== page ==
Figure 2: Qualifying States' Rich States, Poor States Economic Outlook Rankings

    (Click image to enlarge.)

    States that Qualified for State Tax Cut Roundup During the 2015 Legislative Session

    Of course, while all taxes are damaging to private sector activity and economic growth, not all taxes impact an economy equally. As the Organization for Economic Cooperation and Development (OECD) asserts, taxes on capital and income are the most economically damaging.8 Consumption and property taxes, while damaging, are less harmful than, for example, personal income taxes. During the 2015 legislative session, the 17 qualifying states made considerable progress reforming the economically damaging personal and corporate income taxes. Ten reduced their state's personal income tax burden, and eight reduced their corporate income or business franchise taxes. Six reduced property taxes. Figure 3 illustrates the types of taxes cut by qualifying states. Note that some states cut multiple forms of taxes.

    Figure 3: Types of Taxes Cut

    (Click image to enlarge.)

    Types of Taxes Cut


    In addition to the states that cut taxes during the 2015 legislative session, the report notes many states continue to phase in previously passed tax cuts. While these states did not qualify under the objective methodology applied to produce the State Tax Cut Roundup results, their previous efforts did, in 2015, allow their taxpayers to keep more of their money overall. Fifteen states were counted in this category, and narratives for each can be found in the report. Among those 15, five also qualified for the current report because of additional tax relief passed during the 2015 session. North Carolina, Indiana, New York, Maryland and Mississippi formed this group of states.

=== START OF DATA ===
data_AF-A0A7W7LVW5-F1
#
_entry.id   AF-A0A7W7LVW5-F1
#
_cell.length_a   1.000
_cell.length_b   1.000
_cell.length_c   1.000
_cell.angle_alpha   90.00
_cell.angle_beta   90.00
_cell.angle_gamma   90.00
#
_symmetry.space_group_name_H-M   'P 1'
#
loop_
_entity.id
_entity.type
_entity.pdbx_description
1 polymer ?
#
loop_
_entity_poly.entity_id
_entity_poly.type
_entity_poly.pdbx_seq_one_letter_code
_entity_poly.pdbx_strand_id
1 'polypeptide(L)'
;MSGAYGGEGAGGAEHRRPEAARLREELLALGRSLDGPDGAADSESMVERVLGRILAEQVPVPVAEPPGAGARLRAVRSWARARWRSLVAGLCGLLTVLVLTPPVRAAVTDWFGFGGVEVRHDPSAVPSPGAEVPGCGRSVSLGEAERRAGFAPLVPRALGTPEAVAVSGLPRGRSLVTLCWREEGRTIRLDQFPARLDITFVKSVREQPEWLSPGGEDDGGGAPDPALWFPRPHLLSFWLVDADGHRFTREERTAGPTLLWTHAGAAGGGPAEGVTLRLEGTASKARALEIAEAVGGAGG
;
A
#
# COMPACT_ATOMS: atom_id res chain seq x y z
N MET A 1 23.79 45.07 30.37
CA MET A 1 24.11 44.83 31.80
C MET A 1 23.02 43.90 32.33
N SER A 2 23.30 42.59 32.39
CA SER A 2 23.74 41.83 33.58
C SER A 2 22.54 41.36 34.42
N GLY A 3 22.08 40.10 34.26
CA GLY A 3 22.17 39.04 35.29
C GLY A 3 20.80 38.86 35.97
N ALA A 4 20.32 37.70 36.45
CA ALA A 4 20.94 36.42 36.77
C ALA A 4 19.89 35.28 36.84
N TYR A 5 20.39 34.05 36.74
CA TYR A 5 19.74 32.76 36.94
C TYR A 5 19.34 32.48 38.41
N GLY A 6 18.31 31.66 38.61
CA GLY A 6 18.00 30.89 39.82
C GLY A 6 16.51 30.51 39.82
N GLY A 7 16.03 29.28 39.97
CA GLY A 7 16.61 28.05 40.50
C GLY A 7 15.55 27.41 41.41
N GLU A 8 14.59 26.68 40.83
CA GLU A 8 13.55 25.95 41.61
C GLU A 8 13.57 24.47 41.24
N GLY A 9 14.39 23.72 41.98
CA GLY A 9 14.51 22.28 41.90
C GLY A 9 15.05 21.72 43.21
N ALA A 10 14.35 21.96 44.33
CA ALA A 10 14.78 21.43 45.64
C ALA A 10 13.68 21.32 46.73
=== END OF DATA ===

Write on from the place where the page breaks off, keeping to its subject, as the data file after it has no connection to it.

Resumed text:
One of the benefits of operating primarily on a state level is that the increased levels of accountability placed on state and local lawmakers mean sound policy changes are always possible. In Washington, D.C., the current political gridlock often times stymies comprehensive tax reform. However, on the state level, lawmakers can more reliably be counted on to respond to signals sent by their constituents. Sound policy analysis and good information can translate into improved state policy environments. The ALEC State Tax Cut Roundup shows that there is a national appetite for pro-growth, business-friendly policies that respect hardworking taxpayers. It is almost certain that, as the years pass, this trend will persist, grow and hopefully continue to permeate even the most unlikely of states.

    With such sustained momentum for pro-growth tax reform, the pressure for states to continue to innovate and compete continues to grow. States can fall behind in this competition just by standing still. Fortunately for hardworking taxpayers in 17 states, 2015 provided welcome tax relief.

    1 Jonathan Williams & William Freeland, State Tax Cut Roundup, American Legislative Exchange Council. Mar. 15, 2016, at 2.

    2 Jonathan Williams & Ben Wilterdink, State Tax Cut Roundup, American Legislative Exchange Council, Dec. 2014, at 4.

    3 Jonathan Williams & Ben Wilterdink, State Tax Cut Roundup. American Legislative Exchange Council. Nov. 20, 2013, at 4.

    Task Force on Tax and Fiscal Policy. “ALEC Principles of Taxation.” American Legislative Exchange Council. June 29, 2015.

    Jonathan Williams & Theodore Lafferty, ALEC State of the States, American Legislative Exchange Council, Jun. 11, 2015, at 4.

    Scott Drenkard, State-Local Tax Burden Rankings, Tax Foundation, at, Jan. 20, 2016.

    Arthur B. Laffer, Stephen Moore, Jonathan Williams, Rich States Poor States, American Legislative Exchange Council, 2015, at 2.

    Jens Arnold, Bert Brys, Christopher Heady, Asa Johansson, Cyrille Schwellnus, & Laura Vartia. Tax Policy For Economic Recovery and Growth, 121 Economic Journal F59-F80. 2011.